Tight Hip Flexors? Do these mobility drills to help
Can we get a show of hands how many of you are spending more than 4 hours at the desk? How many of you spend hours driving? Or sitting on the sofa watching TV?
Are 15 minute breaks to walk around enough? Probably not. Say hello to tight hips.
You may experience occasional hip discomfort or possibly back pain. Tight hips are a big deal that if addressed properly will hopefully relieve the back pain you were feeling or even the ache in the hips. A lot of the time you’ll hear that you have a weak core and in some cases this is true, but have you ever thought that the hundreds of crunches you did in addition to the hours of sitting has caused your hips to shorten.
Anterior pelvic tilt
Hip Flexor Muscles
The muscles that make up the hip flexors include:
- Psoas major muscle: The psoas muscle is a deep muscle that connects your spine to your leg. In fact, it’s the only muscle that does so. It runs from your lower back through your pelvis, passing to the front of your hip where it attaches to the top of your femur, which is your thigh bone.
- Iliacus muscle: The iliacus is a flat, triangular muscle that lies deep within your pelvis. It attaches from your pelvis to your thigh bone (femur). Its primary action is to flex and rotate your thigh.
- Rectus femoris muscle: This muscle is one of the four quadriceps muscles, attaching your pelvis to the patellar tendon of your knee. Squats and lunges exercise the rectus femoris.
- Pectineus muscle: The pectineus muscle is a flat, quadrangular muscle that lies at the top of your inner thigh, often referred to as your groin muscle. It’s primarily responsible for hip flexion, but it also rotates your thigh and adducts, which means it pulls your legs together when the muscles contract.
- Sartorius muscle: The sartorius muscle is a long thin muscle that runs down the length of your thigh from your pelvis to your knee. It’s the longest muscle in the human body and helps flex the knee and leg.
Tight Hip Flexors = You’re Out of Whack
Think of the prime movers in the body: quads, hamstrings, glutes, and adductors (for starters). All of these major muscles act around the hip to keep it in balance and level. When your hips are tight, shortening your hip flexors, this can cause a dysfunction in your lumbo-pelvic-hip complex. Tight flexors can cause an anterior tilt of the pelvis, which in turn drives your lower back into a constant state of compression.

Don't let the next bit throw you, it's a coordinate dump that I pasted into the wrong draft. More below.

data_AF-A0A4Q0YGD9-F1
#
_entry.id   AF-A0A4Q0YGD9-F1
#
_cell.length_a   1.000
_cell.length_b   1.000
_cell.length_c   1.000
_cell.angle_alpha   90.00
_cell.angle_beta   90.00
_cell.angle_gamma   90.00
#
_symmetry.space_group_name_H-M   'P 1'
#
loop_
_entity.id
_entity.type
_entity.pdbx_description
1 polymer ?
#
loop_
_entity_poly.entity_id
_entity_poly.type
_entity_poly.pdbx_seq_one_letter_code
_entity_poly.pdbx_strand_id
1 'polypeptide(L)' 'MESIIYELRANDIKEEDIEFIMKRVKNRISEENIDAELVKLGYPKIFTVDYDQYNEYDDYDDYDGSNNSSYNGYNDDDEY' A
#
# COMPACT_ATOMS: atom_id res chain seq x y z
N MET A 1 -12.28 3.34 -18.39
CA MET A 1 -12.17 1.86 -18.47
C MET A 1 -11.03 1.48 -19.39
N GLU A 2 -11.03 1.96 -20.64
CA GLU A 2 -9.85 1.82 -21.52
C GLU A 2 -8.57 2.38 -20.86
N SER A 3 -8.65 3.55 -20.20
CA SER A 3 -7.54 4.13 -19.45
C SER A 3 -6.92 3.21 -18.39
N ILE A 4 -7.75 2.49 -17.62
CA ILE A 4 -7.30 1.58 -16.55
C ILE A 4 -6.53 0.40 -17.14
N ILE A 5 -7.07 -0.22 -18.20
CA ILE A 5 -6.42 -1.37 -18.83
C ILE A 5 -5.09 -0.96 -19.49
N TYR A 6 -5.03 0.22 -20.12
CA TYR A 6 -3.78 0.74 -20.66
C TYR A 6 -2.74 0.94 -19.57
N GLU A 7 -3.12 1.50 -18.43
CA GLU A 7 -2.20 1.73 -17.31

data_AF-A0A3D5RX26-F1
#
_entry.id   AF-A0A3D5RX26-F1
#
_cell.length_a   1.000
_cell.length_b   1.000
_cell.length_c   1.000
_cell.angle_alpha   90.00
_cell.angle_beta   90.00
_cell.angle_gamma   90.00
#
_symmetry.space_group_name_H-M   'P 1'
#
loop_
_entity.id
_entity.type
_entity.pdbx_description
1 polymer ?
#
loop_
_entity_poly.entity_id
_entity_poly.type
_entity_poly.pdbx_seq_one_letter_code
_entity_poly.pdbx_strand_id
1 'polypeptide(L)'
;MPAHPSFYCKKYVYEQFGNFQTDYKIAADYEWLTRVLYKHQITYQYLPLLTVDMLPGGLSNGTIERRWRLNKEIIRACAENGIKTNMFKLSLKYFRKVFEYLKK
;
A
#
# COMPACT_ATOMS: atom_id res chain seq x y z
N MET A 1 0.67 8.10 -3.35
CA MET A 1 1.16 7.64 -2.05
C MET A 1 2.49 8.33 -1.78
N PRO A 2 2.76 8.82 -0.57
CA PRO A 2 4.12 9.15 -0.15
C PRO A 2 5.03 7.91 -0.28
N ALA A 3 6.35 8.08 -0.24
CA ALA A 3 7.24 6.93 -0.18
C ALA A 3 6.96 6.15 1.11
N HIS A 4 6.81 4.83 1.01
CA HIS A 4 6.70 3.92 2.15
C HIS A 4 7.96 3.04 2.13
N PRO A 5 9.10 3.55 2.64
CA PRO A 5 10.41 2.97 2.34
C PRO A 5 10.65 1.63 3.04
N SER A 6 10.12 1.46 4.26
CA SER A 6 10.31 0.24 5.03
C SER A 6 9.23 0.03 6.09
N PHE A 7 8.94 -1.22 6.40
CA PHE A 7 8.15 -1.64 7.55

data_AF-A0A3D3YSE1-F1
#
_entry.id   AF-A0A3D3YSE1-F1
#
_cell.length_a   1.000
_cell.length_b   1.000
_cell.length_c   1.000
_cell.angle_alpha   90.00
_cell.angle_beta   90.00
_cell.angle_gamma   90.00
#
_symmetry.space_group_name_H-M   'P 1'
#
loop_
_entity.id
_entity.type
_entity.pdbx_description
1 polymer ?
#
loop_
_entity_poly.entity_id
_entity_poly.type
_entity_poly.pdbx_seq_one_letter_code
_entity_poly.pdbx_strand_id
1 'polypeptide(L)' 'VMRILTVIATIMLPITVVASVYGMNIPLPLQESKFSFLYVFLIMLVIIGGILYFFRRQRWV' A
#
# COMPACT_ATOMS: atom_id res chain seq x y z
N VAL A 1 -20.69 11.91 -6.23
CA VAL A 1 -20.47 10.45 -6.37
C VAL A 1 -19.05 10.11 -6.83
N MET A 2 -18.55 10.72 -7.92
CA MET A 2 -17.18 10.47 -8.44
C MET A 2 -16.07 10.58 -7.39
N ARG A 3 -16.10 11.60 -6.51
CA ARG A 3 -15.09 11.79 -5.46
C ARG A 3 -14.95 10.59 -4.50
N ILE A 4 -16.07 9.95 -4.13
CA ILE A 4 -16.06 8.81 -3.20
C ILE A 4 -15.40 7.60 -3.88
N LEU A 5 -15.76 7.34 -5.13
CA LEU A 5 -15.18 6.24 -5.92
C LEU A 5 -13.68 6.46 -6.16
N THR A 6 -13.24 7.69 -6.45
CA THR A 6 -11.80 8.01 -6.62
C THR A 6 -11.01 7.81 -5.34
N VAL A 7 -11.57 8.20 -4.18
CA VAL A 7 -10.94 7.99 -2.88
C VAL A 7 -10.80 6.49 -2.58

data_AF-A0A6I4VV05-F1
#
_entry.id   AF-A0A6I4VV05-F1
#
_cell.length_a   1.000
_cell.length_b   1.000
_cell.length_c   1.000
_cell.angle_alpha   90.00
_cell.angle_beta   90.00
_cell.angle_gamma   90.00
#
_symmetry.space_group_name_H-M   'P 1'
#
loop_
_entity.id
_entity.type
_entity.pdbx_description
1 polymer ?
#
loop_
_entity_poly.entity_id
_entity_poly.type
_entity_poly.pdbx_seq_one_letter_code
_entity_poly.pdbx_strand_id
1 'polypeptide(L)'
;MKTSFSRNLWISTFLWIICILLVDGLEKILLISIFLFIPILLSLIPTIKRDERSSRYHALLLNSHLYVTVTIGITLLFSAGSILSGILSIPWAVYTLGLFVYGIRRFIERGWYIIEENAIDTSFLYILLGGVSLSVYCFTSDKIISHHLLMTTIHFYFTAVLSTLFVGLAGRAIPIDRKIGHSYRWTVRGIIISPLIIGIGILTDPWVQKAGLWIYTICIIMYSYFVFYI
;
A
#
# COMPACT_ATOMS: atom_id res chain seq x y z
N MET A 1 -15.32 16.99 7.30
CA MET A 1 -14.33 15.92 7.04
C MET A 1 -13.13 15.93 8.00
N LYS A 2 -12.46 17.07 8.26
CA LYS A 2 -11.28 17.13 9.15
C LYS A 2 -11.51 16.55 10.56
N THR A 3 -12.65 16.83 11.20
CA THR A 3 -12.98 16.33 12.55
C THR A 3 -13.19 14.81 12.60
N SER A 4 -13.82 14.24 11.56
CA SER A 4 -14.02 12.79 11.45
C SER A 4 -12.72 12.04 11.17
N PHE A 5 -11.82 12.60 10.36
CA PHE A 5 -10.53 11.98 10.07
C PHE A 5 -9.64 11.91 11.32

Poor Posture = Poor Range of Motion
When your posture suffers, so does your range of motion, or the full movement potential of a joint from flexion to extension. A considerable issue for obstacle racers, who need full movement capability to tackle everything from hurdles to wall climbs. A less-than-ideal range of motion will cause you to compensate with other muscle groups, heightening your risk for injury.
What is the key to healthy hips and overall posture? There are a couple of points to make. Yes, it’s important to take care of your hip flexors by doing a series of stretches three to four times weekly, in addition post-exercise, to increase hip mobility. It’s also important to focus on adopting proper mechanics throughout all the stages of daily movement, from sitting and standing to working out.
If it hurts, pay attention to it.
It’s important to note that if you are getting pain I would recommended checking in with a physical therapist or a sports therapist. They may help to evaluate key factors impacting overall hip pain.
4 Potent Hip Mobility Exercises
Spiderman Stretch: Start in a high plank position. Bring your right foot forward, to the outside of your right hand, placing it flat on the ground. Drop your hips toward the floor, stretching through the left flexor. Hold for 10 seconds, return to start. Repeat on opposite side for one rep. Do five reps.
Deep Squat: Stand with your feet hip-width apart and either arms by your sides or hands clasped in front of your chest. Sit back in your heels, as if you’re going to sit in a chair. Lower your body as far as you can, until your thighs are below parallel to the ground. Alternate shifting your bodyweight from your right to let leg for 10 seconds, then push through your heels to return to start for one rep. Do 10 reps.
Hip Flexor Stretch: Start on your knees and step your right foot forward, ensuring your knee doesn’t pass your toes. Keep your torso over your hip and squeeze your right glute. Hold for 30 seconds to 1 minute on each side. You can maximise the stretch further by lifting your arms up while holding the stretch position.
Band Assisted Hip Flexor Stretch: This is one of my favourite stretches to do for the hip flexor. Looping a resistance band against something sturdy. You place one leg into the loop so that it sits just below the glute. Step backwards until you feel resistance pulling you forward assisting you into the hip flexor stretch. Hold for 30 seconds to 1 minute each side.
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I hope this article has helped you think about your hip flexors a bit more and how a mobility/flexibility routine may help you.
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